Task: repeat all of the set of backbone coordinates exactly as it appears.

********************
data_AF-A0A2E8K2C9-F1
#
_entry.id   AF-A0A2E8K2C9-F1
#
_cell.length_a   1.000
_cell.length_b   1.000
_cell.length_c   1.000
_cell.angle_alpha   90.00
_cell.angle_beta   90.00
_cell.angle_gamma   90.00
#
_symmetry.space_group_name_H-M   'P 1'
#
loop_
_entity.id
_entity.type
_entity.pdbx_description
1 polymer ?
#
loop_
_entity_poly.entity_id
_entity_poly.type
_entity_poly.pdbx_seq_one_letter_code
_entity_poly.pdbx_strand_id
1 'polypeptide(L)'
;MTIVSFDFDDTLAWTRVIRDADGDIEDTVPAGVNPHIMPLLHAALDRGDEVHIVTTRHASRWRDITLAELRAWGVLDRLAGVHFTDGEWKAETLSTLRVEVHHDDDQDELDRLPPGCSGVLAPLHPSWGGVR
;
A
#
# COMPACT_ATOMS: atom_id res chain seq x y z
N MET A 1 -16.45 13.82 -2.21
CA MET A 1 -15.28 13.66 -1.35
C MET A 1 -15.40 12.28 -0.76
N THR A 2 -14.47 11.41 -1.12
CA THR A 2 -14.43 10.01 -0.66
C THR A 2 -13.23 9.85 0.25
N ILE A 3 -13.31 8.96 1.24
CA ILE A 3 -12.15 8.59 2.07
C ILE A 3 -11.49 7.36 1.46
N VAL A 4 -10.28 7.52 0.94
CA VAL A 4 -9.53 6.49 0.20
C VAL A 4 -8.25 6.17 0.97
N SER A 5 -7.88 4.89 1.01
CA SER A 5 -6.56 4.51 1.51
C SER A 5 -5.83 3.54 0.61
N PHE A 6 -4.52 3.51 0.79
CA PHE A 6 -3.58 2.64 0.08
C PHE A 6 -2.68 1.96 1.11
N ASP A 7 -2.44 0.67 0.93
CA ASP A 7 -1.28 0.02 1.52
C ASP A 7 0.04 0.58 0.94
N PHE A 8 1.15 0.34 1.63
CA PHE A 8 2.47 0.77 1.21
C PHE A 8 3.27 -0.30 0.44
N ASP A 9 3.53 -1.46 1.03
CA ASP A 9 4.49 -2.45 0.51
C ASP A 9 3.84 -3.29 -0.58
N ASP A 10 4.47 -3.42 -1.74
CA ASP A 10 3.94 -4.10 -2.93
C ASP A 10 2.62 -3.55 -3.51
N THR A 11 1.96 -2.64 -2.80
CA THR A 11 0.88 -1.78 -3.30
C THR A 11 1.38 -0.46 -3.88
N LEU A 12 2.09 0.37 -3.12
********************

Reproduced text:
data_AF-A0A2E8K2C9-F1
#
_entry.id   AF-A0A2E8K2C9-F1
#
_cell.length_a   1.000
_cell.length_b   1.000
_cell.length_c   1.000
_cell.angle_alpha   90.00
_cell.angle_beta   90.00
_cell.angle_gamma   90.00
#
_symmetry.space_group_name_H-M   'P 1'
#
loop_
_entity.id
_entity.type
_entity.pdbx_description
1 polymer ?
#
loop_
_entity_poly.entity_id
_entity_poly.type
_entity_poly.pdbx_seq_one_letter_code
_entity_poly.pdbx_strand_id
1 'polypeptide(L)'
;MTIVSFDFDDTLAWTRVIRDADGDIEDTVPAGVNPHIMPLLHAALDRGDEVHIVTTRHASRWRDITLAELRAWGVLDRLAGVHFTDGEWKAETLSTLRVEVHHDDDQDELDRLPPGCSGVLAPLHPSWGGVR
;
A
#
# COMPACT_ATOMS: atom_id res chain seq x y z
N MET A 1 -16.45 13.82 -2.21
CA MET A 1 -15.28 13.66 -1.35
C MET A 1 -15.40 12.28 -0.76
N THR A 2 -14.47 11.41 -1.12
CA THR A 2 -14.43 10.01 -0.66
C THR A 2 -13.23 9.85 0.25
N ILE A 3 -13.31 8.96 1.24
CA ILE A 3 -12.15 8.59 2.07
C ILE A 3 -11.49 7.36 1.46
N VAL A 4 -10.28 7.52 0.94
CA VAL A 4 -9.53 6.49 0.20
C VAL A 4 -8.25 6.17 0.97
N SER A 5 -7.88 4.89 1.01
CA SER A 5 -6.56 4.51 1.51
C SER A 5 -5.83 3.54 0.61
N PHE A 6 -4.52 3.51 0.79
CA PHE A 6 -3.58 2.64 0.08
C PHE A 6 -2.68 1.96 1.11
N ASP A 7 -2.44 0.67 0.93
CA ASP A 7 -1.28 0.02 1.52
C ASP A 7 0.04 0.58 0.94
N PHE A 8 1.15 0.34 1.63
CA PHE A 8 2.47 0.77 1.21
C PHE A 8 3.27 -0.30 0.44
N ASP A 9 3.53 -1.46 1.03
CA ASP A 9 4.49 -2.45 0.51
C ASP A 9 3.84 -3.29 -0.58
N ASP A 10 4.47 -3.42 -1.74
CA ASP A 10 3.94 -4.10 -2.93
C ASP A 10 2.62 -3.55 -3.51
N THR A 11 1.96 -2.64 -2.80
CA THR A 11 0.88 -1.78 -3.30
C THR A 11 1.38 -0.46 -3.88
N LEU A 12 2.09 0.37 -3.12